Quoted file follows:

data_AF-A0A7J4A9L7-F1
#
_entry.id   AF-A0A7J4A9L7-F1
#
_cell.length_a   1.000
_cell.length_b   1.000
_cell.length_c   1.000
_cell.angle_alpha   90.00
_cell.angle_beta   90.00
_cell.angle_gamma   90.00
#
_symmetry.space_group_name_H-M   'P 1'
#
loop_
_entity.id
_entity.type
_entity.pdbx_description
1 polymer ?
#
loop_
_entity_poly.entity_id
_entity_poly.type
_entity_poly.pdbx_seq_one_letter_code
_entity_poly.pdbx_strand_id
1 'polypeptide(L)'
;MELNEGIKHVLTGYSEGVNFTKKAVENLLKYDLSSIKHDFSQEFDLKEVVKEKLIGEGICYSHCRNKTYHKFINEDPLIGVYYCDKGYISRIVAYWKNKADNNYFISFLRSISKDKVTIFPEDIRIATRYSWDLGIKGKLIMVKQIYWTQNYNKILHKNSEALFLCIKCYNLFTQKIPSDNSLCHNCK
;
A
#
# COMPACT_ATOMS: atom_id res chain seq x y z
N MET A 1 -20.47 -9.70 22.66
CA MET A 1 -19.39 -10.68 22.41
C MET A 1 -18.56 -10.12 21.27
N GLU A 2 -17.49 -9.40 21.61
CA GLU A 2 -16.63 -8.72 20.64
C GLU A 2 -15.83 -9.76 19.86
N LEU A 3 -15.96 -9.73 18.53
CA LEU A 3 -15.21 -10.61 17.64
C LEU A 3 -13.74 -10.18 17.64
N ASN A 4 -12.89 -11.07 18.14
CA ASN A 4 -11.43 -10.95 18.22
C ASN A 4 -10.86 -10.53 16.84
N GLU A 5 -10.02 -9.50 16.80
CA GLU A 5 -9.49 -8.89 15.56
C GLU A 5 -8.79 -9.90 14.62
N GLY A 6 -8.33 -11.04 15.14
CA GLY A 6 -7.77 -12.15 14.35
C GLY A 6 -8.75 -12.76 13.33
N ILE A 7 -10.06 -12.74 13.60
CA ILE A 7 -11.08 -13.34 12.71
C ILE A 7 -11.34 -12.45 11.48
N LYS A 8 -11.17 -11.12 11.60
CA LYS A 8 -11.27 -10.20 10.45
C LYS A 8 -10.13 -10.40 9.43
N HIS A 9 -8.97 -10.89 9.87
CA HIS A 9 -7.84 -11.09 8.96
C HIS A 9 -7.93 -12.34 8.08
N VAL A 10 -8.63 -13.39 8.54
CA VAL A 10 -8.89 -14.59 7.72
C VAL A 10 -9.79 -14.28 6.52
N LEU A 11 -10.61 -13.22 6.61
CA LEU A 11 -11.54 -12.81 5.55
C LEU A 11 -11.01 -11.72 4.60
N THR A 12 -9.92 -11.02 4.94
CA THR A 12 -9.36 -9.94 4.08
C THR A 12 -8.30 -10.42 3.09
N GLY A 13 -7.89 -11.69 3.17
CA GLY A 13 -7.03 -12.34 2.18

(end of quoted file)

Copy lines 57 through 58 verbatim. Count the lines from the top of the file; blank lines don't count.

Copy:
C HIS A 9 -7.93 -12.34 8.08
N VAL A 10 -8.63 -13.39 8.54